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Falling short on climate change

Originally published as a column for Inside Housing.

With just four months to go until the COP26 UN Climate Change Conference in Glasgow, the government is long on ‘historic’ targets but woefully short on credible policies to implement them.

That was the verdict from the government’s own adviser last week in reports that identify housing as a key sector where action fails to match the lofty and legally binding target of achieving net zero by 2050.

The Committee on Climate Change says a ‘step change’ is required but it is hard to discern any comprehensive strategy in climate plans announced in the last 12 months and statements of ambition have been undermined by delays to essential legislation and plans to decarbonise buildings.

The Ministry for Housing, Communities and Local Government (MHCLG) is accused of falling short on ensuring that building standards are fit for purpose and properly enforced and overseen ‘almost none of the necessary progress in upgrading the building stock’.

Meanwhile the Planning Bill misses ‘the powerful opportunity to ensure that developments and infrastructure are compliant with Net Zero and appropriately resilient to climate change’.

Delivery rates on key retrofit measures have ‘continued to stagnate’. On the vital issue of how homes are heated, the number of heat pumps installed in new and existing homes rose from 33,000 in 2019 to 36,000 in 3020. The CCC says 900,000 installations a year are needed by 2028. 

We are even falling short in new homes. Heat pumps were installed in just 5 per cent of them in 2020 against a requirement for 20 per cent by this year.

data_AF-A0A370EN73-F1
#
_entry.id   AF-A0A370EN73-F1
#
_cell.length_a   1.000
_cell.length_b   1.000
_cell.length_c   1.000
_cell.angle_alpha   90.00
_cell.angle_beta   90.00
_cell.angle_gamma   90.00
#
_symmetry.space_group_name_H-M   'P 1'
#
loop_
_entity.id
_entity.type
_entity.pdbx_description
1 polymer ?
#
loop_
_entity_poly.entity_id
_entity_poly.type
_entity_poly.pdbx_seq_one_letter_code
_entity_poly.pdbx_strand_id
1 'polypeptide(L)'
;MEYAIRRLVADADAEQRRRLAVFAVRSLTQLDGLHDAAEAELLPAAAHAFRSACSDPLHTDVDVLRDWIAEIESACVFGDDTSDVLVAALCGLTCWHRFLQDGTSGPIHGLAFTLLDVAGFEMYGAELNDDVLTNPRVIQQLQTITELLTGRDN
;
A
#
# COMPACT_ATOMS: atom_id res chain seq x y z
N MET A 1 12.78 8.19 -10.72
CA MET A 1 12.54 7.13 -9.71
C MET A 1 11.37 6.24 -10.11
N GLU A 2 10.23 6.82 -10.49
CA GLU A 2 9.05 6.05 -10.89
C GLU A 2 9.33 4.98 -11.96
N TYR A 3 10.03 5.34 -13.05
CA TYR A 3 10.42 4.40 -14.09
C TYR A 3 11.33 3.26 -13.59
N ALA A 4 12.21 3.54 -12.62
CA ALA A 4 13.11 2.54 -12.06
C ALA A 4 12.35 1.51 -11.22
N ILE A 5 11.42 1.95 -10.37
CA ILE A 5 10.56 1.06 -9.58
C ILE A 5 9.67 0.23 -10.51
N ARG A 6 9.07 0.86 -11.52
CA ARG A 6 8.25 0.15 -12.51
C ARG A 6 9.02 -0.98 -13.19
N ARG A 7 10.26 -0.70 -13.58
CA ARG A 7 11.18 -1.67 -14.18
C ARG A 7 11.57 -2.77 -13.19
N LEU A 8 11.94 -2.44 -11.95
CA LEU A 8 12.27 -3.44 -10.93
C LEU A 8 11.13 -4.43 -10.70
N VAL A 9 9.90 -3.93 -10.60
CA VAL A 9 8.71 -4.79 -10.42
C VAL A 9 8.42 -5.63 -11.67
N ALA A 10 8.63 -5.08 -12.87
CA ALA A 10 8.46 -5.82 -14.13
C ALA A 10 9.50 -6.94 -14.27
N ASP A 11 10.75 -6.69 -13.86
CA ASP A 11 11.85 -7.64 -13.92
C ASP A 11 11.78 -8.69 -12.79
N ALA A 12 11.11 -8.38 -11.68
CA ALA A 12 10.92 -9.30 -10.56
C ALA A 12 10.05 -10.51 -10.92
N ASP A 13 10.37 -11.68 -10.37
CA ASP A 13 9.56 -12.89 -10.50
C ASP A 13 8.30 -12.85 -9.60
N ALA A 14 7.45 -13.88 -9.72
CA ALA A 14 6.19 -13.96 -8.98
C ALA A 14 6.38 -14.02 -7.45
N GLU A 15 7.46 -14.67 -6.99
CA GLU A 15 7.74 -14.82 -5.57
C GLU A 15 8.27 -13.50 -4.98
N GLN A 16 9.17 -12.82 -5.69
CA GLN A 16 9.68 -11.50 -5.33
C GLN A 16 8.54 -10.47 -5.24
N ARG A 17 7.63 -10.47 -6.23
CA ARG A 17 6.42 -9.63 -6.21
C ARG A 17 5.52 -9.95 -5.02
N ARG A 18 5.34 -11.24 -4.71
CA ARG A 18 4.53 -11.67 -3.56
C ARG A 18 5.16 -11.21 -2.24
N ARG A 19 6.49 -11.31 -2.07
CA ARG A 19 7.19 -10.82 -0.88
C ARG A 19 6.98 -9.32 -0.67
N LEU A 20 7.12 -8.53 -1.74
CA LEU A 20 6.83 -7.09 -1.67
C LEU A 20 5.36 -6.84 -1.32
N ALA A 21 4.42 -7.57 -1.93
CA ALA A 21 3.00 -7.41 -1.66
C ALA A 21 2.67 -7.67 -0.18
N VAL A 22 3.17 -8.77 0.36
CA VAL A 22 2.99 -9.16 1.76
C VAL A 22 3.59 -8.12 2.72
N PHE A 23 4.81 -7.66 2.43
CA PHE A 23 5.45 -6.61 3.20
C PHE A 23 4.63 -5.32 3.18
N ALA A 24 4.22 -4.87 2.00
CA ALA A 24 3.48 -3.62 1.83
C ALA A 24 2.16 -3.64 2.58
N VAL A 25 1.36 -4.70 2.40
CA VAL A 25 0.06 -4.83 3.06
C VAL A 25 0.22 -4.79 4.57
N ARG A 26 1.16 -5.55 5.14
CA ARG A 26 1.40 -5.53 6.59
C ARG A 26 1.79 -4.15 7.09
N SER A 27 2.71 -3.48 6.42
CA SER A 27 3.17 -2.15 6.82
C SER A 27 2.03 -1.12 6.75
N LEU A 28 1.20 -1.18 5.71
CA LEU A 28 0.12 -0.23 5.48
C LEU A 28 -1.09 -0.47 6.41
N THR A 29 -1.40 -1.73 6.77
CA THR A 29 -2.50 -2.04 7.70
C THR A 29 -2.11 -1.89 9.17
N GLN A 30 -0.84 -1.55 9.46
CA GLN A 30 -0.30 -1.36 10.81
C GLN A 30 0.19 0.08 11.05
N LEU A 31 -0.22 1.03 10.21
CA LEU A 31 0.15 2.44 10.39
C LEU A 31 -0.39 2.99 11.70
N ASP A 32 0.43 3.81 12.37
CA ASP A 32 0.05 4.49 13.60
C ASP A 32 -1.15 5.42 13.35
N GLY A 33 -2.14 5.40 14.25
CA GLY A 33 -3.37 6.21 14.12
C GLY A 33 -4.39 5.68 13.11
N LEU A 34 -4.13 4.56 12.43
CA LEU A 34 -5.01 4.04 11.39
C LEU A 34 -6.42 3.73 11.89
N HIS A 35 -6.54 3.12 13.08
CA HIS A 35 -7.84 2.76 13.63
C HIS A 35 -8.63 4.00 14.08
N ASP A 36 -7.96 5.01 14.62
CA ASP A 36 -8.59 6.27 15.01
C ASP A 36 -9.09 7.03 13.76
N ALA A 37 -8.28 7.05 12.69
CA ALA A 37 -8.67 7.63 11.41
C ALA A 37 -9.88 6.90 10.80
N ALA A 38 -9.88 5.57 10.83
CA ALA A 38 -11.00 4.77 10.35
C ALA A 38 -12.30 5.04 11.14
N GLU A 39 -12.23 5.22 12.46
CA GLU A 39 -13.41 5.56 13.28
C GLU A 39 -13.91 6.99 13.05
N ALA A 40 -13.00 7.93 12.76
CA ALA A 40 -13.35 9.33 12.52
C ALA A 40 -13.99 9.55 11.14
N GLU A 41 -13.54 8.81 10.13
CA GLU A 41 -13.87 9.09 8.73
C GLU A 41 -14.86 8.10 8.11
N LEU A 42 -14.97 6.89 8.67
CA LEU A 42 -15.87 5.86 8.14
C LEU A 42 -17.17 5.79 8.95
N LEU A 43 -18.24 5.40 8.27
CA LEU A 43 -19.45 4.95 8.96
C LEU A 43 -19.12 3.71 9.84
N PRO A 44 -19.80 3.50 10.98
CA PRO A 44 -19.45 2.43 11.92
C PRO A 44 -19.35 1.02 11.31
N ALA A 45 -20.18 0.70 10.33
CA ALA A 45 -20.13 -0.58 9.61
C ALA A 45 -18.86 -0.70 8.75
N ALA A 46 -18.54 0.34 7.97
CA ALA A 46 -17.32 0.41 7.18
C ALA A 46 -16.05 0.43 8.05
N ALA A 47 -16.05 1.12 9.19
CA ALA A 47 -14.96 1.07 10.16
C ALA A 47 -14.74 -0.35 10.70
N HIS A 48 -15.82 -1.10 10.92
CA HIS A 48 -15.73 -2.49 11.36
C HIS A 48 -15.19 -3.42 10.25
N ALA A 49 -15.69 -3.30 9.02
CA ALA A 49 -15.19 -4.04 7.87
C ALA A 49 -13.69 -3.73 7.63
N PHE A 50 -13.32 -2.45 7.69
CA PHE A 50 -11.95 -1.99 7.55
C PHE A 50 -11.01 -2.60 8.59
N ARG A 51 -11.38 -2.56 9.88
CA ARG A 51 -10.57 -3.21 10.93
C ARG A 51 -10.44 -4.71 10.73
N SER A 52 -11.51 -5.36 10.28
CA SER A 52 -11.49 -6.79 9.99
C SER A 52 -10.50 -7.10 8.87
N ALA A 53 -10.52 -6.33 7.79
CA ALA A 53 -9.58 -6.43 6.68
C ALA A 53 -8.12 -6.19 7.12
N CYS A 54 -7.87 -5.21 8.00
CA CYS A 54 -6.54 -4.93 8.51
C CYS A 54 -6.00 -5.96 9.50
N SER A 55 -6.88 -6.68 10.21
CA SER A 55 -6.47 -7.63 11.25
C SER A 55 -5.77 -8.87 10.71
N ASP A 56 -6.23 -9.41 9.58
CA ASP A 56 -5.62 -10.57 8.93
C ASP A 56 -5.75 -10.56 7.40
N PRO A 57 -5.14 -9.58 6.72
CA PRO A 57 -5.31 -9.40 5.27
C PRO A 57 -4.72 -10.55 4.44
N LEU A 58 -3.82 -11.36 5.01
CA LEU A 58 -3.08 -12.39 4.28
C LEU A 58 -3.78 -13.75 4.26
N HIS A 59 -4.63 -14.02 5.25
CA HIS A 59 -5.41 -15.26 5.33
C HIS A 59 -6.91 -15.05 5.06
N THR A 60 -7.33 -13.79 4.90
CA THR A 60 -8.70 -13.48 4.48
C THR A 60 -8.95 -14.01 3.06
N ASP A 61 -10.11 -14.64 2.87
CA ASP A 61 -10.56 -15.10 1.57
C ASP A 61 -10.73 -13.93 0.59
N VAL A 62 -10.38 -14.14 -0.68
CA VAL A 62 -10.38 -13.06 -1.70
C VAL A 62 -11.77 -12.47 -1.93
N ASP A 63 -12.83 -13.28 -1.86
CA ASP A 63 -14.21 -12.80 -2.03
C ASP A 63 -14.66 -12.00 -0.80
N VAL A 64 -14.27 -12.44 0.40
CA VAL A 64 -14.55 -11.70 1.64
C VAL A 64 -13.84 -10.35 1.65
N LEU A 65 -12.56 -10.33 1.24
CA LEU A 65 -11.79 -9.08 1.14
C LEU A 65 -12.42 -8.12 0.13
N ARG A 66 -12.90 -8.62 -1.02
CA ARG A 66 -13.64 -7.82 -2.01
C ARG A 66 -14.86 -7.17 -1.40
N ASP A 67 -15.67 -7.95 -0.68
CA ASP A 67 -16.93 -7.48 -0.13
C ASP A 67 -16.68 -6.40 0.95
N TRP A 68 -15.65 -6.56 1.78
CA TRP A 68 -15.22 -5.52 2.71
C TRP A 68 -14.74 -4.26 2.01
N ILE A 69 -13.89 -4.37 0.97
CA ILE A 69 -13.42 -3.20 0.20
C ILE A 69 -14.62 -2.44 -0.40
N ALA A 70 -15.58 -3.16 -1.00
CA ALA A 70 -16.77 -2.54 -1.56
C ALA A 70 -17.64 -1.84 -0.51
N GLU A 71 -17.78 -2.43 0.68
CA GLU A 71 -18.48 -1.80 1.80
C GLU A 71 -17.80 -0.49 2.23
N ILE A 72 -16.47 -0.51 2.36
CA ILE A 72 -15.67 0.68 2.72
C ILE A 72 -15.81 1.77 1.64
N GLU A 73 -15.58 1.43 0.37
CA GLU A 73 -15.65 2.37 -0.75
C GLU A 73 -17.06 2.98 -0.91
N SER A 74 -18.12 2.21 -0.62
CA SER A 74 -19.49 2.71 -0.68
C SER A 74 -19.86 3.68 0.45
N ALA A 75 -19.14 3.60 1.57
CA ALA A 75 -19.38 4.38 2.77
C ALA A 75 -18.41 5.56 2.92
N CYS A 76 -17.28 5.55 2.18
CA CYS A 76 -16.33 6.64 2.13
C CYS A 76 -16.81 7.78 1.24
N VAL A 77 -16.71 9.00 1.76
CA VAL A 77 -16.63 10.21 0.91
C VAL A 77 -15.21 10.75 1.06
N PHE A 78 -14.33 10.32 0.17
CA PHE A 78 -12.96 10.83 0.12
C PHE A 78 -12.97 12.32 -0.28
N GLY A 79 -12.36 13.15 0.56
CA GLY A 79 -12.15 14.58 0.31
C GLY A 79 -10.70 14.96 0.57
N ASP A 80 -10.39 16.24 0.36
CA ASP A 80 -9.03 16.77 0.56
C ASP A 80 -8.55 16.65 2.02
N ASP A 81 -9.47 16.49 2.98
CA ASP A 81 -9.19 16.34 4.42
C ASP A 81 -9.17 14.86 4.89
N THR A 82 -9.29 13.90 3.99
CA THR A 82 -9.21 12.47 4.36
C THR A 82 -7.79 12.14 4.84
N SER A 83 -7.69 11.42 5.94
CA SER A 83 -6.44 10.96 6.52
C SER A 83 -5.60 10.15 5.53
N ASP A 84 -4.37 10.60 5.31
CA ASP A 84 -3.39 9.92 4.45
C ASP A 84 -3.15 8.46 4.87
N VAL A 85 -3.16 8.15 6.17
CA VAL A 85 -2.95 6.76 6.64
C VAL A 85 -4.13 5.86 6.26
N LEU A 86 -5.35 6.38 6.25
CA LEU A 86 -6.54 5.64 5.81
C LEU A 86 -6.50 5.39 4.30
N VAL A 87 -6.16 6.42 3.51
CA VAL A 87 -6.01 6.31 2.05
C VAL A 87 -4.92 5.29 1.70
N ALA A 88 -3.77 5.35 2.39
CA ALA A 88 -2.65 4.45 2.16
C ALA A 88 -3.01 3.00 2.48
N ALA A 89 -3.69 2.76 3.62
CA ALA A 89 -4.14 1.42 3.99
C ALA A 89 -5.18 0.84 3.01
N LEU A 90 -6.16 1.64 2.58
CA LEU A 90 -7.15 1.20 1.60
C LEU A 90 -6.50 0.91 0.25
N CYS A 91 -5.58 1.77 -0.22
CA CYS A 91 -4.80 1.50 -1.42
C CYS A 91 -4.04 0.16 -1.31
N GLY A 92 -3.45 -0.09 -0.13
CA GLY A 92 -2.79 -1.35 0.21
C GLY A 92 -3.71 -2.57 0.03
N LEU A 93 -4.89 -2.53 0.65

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Four years of broken promises

Originally published as a column for Inside Housing.

Four years on from Grenfell and a solution to the fire safety crisis looks further away than ever.

The litany of broken ministerial promises highlighted by Pete Apps in his analysis this week only adds to the impression of abject government failure and of a crisis that continues to escalate faster than its fumbling attempts to tackle it.

From James Brokenshire’s ‘expectation’ of ACM remediation by June 2020 to Lord Greenhalgh’s ‘ambition’ that it should be completed this year, even the programme most directly related to Grenfell keeps slipping into the future.

And despite Theresa May’s pledge that ‘we cannot and will not ask people to live in unsafe homes’ to Boris Johnson’s promise that ‘no leaseholder should have to pay’, thousands are doing and facing exactly that.

In mitigation they could plead that in June 2017 hardly anyone expected things to escalate to the stage where it seems that virtually any residential block built in the last 25 years has come under suspicion.

The public inquiry has rightly concentrated on the causes of the fire and the run-up to that night in June 2017 but it was clear even at the time that the problems went well beyond the refurbishment of one tower block and the actions of one landlord and council.

Evidence revealed at the public inquiry has amplified those wider concerns many times over – but so far the government has not even kept its promises to implement the inquiry’s initial recommendations.